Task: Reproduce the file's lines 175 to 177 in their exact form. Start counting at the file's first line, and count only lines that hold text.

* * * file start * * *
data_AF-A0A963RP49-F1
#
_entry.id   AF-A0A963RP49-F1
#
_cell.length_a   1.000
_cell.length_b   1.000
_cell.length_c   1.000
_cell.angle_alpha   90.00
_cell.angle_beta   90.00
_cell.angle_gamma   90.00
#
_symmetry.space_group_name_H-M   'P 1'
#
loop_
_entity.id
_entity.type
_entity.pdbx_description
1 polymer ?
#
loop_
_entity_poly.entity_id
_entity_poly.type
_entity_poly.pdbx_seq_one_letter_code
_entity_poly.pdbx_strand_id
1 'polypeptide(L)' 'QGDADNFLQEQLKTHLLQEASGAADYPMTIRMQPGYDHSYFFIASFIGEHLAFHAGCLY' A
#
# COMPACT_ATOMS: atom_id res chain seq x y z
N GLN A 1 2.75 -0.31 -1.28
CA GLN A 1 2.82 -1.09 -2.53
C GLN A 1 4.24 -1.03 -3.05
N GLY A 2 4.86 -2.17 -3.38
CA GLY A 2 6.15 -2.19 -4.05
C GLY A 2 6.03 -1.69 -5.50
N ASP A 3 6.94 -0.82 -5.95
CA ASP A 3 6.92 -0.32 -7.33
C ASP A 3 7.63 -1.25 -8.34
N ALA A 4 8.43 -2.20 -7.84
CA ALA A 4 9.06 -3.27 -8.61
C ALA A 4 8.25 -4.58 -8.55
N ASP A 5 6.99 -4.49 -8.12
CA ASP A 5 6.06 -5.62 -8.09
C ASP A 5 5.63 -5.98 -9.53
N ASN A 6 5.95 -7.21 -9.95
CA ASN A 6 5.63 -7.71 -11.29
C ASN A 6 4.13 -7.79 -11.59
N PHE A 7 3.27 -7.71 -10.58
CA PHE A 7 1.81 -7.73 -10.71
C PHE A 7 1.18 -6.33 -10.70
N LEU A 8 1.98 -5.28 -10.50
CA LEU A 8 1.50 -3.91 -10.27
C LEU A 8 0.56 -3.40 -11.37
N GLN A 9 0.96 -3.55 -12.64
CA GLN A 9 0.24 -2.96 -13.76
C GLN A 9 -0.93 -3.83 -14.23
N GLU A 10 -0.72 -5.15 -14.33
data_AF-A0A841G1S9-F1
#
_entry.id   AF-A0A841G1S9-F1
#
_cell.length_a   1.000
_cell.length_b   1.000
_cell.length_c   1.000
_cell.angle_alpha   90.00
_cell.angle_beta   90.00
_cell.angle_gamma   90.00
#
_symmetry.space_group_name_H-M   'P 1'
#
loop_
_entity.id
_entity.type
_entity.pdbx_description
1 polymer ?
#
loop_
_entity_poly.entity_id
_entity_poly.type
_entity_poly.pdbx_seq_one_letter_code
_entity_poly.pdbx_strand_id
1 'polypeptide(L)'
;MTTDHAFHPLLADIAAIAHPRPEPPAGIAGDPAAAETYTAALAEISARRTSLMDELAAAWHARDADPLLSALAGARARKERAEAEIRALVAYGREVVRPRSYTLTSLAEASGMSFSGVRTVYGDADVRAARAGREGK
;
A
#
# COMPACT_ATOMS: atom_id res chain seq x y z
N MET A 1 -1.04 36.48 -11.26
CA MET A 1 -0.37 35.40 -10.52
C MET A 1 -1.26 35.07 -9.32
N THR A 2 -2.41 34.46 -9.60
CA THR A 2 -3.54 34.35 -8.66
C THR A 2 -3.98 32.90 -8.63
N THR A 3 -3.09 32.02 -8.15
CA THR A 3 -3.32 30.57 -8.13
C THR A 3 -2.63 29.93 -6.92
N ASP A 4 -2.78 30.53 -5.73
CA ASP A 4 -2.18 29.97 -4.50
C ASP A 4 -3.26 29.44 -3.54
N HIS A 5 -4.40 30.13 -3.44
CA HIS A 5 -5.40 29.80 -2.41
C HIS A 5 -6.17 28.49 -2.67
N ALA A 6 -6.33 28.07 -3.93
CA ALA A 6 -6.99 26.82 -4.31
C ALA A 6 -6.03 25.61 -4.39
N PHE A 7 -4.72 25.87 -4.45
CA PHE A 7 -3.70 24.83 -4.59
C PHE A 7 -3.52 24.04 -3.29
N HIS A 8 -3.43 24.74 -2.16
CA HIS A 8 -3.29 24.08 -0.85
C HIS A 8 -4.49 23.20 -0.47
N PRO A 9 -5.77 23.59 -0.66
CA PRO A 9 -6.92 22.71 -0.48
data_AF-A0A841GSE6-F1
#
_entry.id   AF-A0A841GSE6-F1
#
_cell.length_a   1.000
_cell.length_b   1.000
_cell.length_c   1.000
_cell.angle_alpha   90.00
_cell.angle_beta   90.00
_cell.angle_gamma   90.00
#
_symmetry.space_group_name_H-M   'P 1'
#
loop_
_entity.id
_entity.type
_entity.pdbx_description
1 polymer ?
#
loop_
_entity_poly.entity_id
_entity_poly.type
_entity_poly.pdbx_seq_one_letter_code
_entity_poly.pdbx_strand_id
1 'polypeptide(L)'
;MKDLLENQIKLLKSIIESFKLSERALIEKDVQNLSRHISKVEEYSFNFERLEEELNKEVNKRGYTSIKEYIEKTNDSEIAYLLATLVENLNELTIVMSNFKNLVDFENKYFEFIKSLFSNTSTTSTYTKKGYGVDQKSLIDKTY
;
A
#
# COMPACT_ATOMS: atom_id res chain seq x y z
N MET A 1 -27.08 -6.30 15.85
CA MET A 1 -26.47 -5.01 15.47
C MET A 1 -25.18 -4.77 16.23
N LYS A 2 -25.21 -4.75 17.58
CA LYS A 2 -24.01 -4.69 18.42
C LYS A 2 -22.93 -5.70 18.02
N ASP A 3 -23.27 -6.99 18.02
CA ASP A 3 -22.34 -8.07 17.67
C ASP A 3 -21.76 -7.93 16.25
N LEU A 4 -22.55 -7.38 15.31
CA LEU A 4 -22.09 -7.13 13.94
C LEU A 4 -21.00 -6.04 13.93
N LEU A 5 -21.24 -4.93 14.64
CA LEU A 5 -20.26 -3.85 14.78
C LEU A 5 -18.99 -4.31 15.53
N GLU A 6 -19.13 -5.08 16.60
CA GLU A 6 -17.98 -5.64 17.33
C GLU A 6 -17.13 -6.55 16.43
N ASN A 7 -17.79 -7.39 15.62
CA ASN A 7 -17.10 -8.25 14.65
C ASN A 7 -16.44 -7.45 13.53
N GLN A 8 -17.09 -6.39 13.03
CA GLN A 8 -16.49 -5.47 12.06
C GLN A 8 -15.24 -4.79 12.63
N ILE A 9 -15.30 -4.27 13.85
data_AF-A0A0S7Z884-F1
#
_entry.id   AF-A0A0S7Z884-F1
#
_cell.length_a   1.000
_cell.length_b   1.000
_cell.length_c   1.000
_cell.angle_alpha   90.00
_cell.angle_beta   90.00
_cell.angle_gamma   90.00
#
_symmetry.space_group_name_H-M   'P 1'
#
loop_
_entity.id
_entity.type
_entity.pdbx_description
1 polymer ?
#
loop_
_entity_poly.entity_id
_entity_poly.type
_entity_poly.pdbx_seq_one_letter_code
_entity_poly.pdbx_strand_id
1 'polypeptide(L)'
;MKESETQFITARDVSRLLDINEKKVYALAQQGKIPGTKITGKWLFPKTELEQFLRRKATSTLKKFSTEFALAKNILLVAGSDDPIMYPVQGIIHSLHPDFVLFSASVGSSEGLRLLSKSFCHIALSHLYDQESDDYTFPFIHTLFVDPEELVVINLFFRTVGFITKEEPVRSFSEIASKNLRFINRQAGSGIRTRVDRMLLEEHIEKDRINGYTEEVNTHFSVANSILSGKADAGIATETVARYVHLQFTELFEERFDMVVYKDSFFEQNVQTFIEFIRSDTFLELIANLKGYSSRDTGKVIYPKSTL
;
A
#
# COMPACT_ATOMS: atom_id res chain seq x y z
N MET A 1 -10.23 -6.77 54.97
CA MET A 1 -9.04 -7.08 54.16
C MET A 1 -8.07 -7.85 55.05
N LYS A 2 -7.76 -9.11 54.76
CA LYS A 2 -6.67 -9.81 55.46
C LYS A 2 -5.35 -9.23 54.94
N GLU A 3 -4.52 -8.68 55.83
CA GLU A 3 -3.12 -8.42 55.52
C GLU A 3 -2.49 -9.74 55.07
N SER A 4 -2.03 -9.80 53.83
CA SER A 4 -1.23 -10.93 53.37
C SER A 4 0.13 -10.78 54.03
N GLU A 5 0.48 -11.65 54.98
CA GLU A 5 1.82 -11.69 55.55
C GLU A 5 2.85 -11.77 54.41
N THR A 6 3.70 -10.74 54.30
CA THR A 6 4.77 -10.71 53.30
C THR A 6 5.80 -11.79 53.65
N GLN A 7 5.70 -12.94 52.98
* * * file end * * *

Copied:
_cell.angle_beta   90.00
_cell.angle_gamma   90.00
#